4. Have scheduled check-ins and video conferences
Quarantines can be a hard adjustment when you’re used to spending your workday with coworkers, especially if you live alone or aren’t able to visit your friends and family. One study says that an adult can have an average of 12 social interactions per day (not just at work), and it’s essential for mental and emotional health.
Just because you’re working remotely doesn’t mean your work friendships need to fall by the wayside. In fact, your work friendships can help keep you productive by helping you talk through project challenges, allowing you to vent frustrations, or just forcing you to take a small break so your brain can regroup.
Decide on a channel of communication, such as Hangouts, Slack, or texting, and schedule some online social time to decompress and interact.
You can also coordinate with your coworkers or team to incorporate video conferences into your workday. Even digital face-to-face interactions can help everyone feel more connected.
5. Feed your brain
Your brain needs fuel to help you stay productive and focused. Experts recommend five things in particular to help boost your concentration: blueberries, green tea, flax seeds, fatty fish, and water.
Yes, you can still drink coffee. But don’t overdo it with the caffeine. Too much can cause nervousness and restlessness, and there's already enough of that going around.
6. Communicate often
Good communication is the key to successfully working remotely, but it might be a skill that needs to be cultivated if you’re not used to this style of work. Stay in touch with your team or your manager – whether that’s through email or Slack – to align on goals and report on progress. Some remote teams find a brief end of day list that details what was accomplished helps keep everyone accountable and creates transparency into how time is being spent.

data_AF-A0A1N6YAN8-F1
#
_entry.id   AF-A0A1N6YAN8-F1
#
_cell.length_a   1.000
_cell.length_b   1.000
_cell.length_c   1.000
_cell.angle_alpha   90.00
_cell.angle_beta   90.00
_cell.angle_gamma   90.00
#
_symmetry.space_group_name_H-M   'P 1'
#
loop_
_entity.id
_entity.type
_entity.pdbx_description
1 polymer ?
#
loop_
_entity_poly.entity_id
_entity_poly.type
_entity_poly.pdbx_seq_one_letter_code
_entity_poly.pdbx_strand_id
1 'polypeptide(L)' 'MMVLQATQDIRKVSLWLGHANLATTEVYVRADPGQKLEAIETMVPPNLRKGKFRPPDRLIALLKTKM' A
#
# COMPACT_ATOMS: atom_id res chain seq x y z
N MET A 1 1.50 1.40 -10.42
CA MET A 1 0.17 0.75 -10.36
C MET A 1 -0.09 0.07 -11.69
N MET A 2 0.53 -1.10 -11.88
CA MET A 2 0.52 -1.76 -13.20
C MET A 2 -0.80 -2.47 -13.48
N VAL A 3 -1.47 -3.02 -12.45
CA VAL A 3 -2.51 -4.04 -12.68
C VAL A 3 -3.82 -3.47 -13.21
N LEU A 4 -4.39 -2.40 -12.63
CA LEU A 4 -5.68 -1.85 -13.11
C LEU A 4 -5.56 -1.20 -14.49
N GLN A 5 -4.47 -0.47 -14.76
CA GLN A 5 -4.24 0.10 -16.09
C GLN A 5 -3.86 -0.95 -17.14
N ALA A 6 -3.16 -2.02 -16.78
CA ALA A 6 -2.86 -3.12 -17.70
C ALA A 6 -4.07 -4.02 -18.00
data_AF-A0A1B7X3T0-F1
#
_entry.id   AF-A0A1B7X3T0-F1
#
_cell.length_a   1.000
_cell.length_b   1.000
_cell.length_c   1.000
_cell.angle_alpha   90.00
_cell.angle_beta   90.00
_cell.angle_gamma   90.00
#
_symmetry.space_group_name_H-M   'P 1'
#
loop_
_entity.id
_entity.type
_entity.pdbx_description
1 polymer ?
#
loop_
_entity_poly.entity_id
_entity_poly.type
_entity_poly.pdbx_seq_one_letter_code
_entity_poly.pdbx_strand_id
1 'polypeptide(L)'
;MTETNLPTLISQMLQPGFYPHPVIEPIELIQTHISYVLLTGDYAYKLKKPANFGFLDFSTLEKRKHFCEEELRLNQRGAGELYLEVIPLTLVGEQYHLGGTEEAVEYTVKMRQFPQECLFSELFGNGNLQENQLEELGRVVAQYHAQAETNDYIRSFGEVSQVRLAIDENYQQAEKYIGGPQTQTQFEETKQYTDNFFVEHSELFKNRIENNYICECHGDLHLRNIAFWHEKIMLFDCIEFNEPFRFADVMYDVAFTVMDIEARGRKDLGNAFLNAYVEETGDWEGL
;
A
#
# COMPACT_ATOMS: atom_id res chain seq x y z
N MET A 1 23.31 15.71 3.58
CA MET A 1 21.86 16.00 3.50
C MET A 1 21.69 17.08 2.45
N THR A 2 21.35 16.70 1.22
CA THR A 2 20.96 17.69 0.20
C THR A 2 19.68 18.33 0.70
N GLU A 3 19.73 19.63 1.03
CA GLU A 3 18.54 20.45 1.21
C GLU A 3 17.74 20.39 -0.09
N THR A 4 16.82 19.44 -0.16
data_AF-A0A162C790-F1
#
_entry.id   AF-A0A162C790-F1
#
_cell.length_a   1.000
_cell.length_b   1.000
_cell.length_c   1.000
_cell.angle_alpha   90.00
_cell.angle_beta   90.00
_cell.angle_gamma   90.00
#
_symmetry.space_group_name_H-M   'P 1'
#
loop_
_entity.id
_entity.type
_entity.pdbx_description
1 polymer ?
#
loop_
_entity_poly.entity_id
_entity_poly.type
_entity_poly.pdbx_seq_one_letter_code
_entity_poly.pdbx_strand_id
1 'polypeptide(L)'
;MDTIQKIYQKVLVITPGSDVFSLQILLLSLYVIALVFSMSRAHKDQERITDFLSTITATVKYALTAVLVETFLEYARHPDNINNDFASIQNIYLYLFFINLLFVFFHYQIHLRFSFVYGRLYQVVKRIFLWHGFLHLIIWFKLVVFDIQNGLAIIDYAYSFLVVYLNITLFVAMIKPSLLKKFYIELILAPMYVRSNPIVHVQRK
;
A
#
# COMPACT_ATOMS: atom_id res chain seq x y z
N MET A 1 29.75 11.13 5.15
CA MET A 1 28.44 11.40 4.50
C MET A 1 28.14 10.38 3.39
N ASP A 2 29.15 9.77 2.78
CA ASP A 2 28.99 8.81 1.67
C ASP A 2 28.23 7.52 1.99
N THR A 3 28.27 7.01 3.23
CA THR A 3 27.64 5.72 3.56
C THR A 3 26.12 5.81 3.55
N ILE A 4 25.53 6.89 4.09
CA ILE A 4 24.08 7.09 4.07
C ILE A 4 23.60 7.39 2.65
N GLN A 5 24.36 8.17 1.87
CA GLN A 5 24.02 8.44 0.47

Communication can also help you manage expectations. If your children are home and you are working while parenting, your productivity will probably not match your time in the office when the kids are in school.
These are wild times that call for a little more understanding and empathy. Be open about your circumstance and what you can reasonably accomplish. Chances are your teammates are facing similar realities.
7. Avoid household distractions
If you’re like procrastinators the world over, doing the laundry and cleaning the house will never seem more appealing than when you first start working from home.
Pro tip: Don’t do it.
Establish office hours and treat your home as though it were your workplace during that time frame. This means letting your now-homeschooled-children and/or significant other know you are working. It means ignoring chores as if you aren’t in the house. Just pretend you can’t see the mess until it’s time to clock out.
By keeping office hours and not tackling home chores during your workday, you will be less likely to work intermittently for 12 hours. Get the work done and get back to living life.
Remember: social distancing doesn’t mean you can’t step outside or walk the dog after work; just stay 6 feet away from other people. Getting some fresh air and stepping away from your computer can be a great way to keep your spirits up during this time. We’re all in this together and we’re gonna get through it.